American Beat: When Your Book Sucks...
FROM SENIOR MANAGEMENT:
With today’s column by U.S. Representative Thaddeus McCotter, we begin a new initiative at the Breitbart News Network: weekly commentary by prominent figures in their fields on issues, events, and trends they feel relevant to the public discourse.
We commence with a dear friend of Andrew’s and someone whom he described as one of the few in the political arena who understands the value of pop culture within the geo-political landscape. He doesn’t just understand it….he gets it.
As Andrew always said, “culture is up-river from politics.” Drenched and sexy, we are pleased to present the first installment of the Honorable McCotter’s "American Beat."
When Your Book Sucks...
A few years ago, the Intercollegiate Studies Institute (ISI) published my policy tome, SeizeFreedom: American Truths and Renewal in a Chaotic Age. At the time, the prospect
of this prestigious organization publishing my voice – my vision! – for the sovereign
American people’s consideration left me humbled.
Now, I’m just humiliated.
Oh, I’m not the first author whose book sucked and learned the hard way that there are
more people who will tell you to write a book than there are people who will buy your
book. America’s clearance bins and bird cages are littered with the “product” of authors
unremembered because, fortunately for all involved, no one bothered to slog through their
discursive dung heaps. (Yeah, the rest of my book was like this, too. I told you it sucked.)
Yet, in the spirit of learning from our mistakes, especially a HUGE mistake like writing
Seize Freedom, the question to be asked is not why my or any other overly verbose bum’s
book sucked; the question to be asked is what to do when your book sucks. To wit, here are the “Three Bs and One C” that you’ll use to erase the taste of your putrid tome (no one else
needs to do it, because no one else read it):
When your newly released book is justly pilloried by critics, bitch about it. Sure, bitching
will exacerbate your public debasement, since your turgid letters to the editor section of
your local shopping news will be as ignored as your god-awful book; however, bitching
will belie your lifeless book’s impression that you’re brain dead, and it’s better than holing
up in your garage chain smoking, slurping Diet Mountain Dew and listening to Tom Waits
while you whine “where is the love”?
After exhausting yourself with witty bitching, which won’t take a hack author long,
remember that you’ve got not one but two feet to put in your mouth. Heed the DC
damage control axiom that the best way to weasel out of your mess is to “establish guilt
to affix blame” on somebody else. The first part of this step is easy, as you’ve already
established that someone is guilty of writing an abysmal book - you. Of course, this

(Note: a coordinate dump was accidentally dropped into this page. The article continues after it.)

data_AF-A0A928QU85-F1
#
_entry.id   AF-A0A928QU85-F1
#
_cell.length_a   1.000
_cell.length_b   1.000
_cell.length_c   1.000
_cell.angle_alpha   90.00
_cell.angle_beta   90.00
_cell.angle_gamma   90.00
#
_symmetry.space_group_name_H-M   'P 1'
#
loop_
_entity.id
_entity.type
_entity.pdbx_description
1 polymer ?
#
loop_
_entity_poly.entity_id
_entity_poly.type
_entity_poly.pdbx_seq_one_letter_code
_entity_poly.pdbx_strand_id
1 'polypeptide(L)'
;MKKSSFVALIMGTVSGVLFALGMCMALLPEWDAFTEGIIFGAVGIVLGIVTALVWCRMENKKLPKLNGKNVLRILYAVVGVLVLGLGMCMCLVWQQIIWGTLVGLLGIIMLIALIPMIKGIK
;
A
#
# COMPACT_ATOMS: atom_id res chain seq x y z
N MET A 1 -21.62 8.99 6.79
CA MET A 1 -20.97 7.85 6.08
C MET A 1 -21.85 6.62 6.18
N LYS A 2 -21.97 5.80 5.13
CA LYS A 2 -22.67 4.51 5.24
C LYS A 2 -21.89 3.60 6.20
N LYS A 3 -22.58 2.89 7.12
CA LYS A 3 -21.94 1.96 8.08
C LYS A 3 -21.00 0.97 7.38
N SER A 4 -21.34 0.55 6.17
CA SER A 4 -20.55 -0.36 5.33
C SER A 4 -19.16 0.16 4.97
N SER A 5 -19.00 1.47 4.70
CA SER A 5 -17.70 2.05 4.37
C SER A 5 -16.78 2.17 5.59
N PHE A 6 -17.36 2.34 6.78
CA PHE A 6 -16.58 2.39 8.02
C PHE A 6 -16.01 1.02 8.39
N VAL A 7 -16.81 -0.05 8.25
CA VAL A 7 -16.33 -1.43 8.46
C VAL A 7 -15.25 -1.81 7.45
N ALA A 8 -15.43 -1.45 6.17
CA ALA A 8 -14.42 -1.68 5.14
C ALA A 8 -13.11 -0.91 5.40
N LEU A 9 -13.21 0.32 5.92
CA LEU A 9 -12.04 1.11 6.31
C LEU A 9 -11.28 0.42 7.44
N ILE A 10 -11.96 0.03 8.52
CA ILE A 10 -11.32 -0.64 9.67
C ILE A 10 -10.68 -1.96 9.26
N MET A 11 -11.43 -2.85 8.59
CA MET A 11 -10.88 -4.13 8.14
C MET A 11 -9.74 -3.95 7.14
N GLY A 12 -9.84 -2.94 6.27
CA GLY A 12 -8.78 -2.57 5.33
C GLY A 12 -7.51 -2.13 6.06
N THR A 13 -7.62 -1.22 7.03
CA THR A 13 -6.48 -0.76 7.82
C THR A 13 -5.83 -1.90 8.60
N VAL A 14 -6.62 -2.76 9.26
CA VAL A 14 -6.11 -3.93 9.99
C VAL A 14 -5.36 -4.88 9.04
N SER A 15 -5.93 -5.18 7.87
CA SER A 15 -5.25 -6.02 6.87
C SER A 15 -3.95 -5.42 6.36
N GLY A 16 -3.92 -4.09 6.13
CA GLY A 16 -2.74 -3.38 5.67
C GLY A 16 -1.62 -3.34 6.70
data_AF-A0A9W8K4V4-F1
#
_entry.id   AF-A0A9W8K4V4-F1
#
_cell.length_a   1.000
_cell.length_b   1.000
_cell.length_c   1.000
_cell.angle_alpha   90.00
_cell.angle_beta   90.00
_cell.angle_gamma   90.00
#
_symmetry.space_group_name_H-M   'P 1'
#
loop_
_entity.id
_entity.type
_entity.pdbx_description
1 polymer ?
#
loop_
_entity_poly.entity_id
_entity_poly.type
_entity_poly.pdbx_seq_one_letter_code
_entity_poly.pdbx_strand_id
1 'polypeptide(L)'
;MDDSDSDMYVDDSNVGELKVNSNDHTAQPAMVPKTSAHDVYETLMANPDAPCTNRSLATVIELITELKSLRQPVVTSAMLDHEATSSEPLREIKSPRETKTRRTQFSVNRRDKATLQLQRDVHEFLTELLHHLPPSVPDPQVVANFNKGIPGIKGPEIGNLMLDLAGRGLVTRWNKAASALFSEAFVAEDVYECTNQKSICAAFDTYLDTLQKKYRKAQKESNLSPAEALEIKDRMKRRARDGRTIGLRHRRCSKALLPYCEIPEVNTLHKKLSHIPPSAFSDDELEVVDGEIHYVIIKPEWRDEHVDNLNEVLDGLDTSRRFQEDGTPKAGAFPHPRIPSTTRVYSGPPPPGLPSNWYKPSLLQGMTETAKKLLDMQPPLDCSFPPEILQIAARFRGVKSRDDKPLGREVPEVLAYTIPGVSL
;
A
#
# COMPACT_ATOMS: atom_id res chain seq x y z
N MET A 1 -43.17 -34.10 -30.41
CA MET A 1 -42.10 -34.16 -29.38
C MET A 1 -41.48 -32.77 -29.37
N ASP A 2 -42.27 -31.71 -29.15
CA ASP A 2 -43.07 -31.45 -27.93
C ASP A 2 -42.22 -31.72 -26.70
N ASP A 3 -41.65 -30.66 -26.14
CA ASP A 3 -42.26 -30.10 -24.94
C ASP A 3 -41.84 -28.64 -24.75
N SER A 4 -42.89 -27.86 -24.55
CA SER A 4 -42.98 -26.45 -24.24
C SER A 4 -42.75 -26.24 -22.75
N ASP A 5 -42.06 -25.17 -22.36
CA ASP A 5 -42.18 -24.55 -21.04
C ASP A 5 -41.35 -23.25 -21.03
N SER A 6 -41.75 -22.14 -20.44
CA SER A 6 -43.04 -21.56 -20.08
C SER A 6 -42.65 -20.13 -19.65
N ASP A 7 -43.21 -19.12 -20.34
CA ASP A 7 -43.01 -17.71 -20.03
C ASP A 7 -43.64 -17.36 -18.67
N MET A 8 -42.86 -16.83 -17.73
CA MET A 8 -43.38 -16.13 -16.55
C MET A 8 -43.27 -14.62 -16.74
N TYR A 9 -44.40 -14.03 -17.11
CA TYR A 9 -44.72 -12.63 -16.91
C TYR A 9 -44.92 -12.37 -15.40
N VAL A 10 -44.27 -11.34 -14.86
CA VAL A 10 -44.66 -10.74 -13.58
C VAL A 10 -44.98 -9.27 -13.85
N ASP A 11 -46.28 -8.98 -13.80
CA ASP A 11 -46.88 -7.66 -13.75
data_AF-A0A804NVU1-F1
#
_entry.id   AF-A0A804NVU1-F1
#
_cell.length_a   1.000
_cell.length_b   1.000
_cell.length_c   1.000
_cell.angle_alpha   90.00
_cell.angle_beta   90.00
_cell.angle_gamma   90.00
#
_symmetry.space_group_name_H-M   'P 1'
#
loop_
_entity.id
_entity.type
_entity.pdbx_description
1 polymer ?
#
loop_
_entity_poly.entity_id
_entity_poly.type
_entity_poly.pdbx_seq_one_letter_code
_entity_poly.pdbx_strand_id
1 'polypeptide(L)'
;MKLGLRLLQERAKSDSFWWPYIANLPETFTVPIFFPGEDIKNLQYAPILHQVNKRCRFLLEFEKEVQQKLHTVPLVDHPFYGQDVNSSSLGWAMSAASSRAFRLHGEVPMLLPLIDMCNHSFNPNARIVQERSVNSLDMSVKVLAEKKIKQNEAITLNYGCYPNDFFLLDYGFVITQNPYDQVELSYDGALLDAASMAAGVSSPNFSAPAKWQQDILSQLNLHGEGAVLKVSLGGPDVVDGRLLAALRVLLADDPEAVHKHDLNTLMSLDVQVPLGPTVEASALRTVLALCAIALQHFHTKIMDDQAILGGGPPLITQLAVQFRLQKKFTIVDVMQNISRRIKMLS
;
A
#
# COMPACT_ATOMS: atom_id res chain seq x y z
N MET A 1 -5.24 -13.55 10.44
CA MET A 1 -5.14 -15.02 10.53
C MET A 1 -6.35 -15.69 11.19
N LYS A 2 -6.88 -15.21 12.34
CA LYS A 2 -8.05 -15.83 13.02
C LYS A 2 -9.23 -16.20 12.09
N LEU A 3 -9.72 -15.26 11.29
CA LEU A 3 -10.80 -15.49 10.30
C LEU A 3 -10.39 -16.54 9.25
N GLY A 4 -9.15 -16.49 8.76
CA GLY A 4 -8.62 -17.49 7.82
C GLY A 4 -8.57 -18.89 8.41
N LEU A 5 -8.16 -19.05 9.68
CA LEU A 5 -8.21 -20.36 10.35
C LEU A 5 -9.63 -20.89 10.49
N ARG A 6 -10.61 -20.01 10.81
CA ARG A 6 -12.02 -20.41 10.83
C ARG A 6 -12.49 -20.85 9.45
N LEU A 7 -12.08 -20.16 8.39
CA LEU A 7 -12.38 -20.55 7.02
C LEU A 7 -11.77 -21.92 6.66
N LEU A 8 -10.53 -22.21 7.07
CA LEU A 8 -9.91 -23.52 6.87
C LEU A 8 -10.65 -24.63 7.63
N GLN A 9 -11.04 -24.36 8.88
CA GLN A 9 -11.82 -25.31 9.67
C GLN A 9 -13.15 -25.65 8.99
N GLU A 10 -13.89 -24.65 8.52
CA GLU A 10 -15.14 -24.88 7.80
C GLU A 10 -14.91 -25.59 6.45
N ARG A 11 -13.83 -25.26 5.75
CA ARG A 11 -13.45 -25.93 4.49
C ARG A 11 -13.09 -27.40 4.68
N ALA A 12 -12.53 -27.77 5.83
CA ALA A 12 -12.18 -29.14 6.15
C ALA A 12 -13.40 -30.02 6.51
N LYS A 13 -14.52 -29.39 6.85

untoward truth will not do; ergo, compile a detailed list of those who abetted foisting
your book on an unsuspecting public – agents, editors, masseuses and anyone else who
early on should have you talked you out of writing your book. The ideal scapegoat is
the “ghostwriter”, preferably a paid one, as this lessens the chance your literary alter ego for
hire will hunt you down like the lying dog you are. True, blame won’t work any better than bitching; but at least you won’t be busy digging a deeper hole by writing another
damnable book to “redeem” yourself.
Yeah, yeah, yeah, we’ve all heard the old slur that “a liberal writes a book; a moderate
reads a book; and a conservative burns a book.” As a conservative, I find this smear so
offensive I can barely repeat it for public consumption. Consequently, before taking this
necessary step, embrace this critical distinction: you will not be burning a book to prevent
the public from reading it; you will be burning your book to protect the public from
reading it – and, of paramount importance, from remembering you wrote it.
Finally, these days nothing succeeds like failure, so bombing in literature does not preclude
an abysmal author from pursuing other artistic venues; indeed, failure compels them to
cut their literary losses and start racking up new ones. Be selective, though, in choosing
your new pursuits; after all you once thought you could write a book. Tweets, podcasts,
and an internet “current events” show tab on your “unliked” Facebook “fan” page may
seem viable options, but an audience repulsed by the prospect of reading your bad book
will not be rapt by you regurgitating your bad book in cyber space. Recalling Dylan’s
advice, “don’t criticize what you can’t understand”, I submit that you try your blessedly idle
hands at performance art since no one, including you, will understand what the hell it
means when you ascend the local Rotary’s rostrum donned in edible boxers, dab your abs
in cocoa butter, and warble Paperback Writer.
Excuse me? First, your suggestion is anatomically impossible. Second, I’ll have you
know that these “Three B’s and One C” worked for me! While I’ve yet to burn my book
(it’s been an unseasonably warm winter), I bitched; I blamed Seize Freedom’s dearth of
sales on Dinky and Chowsers’ abominable promotional videos; and I crossed over into
cable TV on the once a month, four minute segment, View from the Capitol with host
Katherine Amenta (whom I’ll blame when my cable crossover tanks).
As for my further expertise on the subject of what to do when your book sucks, I could go on
ad nauseam – much like I did in Seize Freedom; but, since you didn’t read that, you’re not reading this…
Thaddeus G. McCotter,
U.S. Representative (MI-11)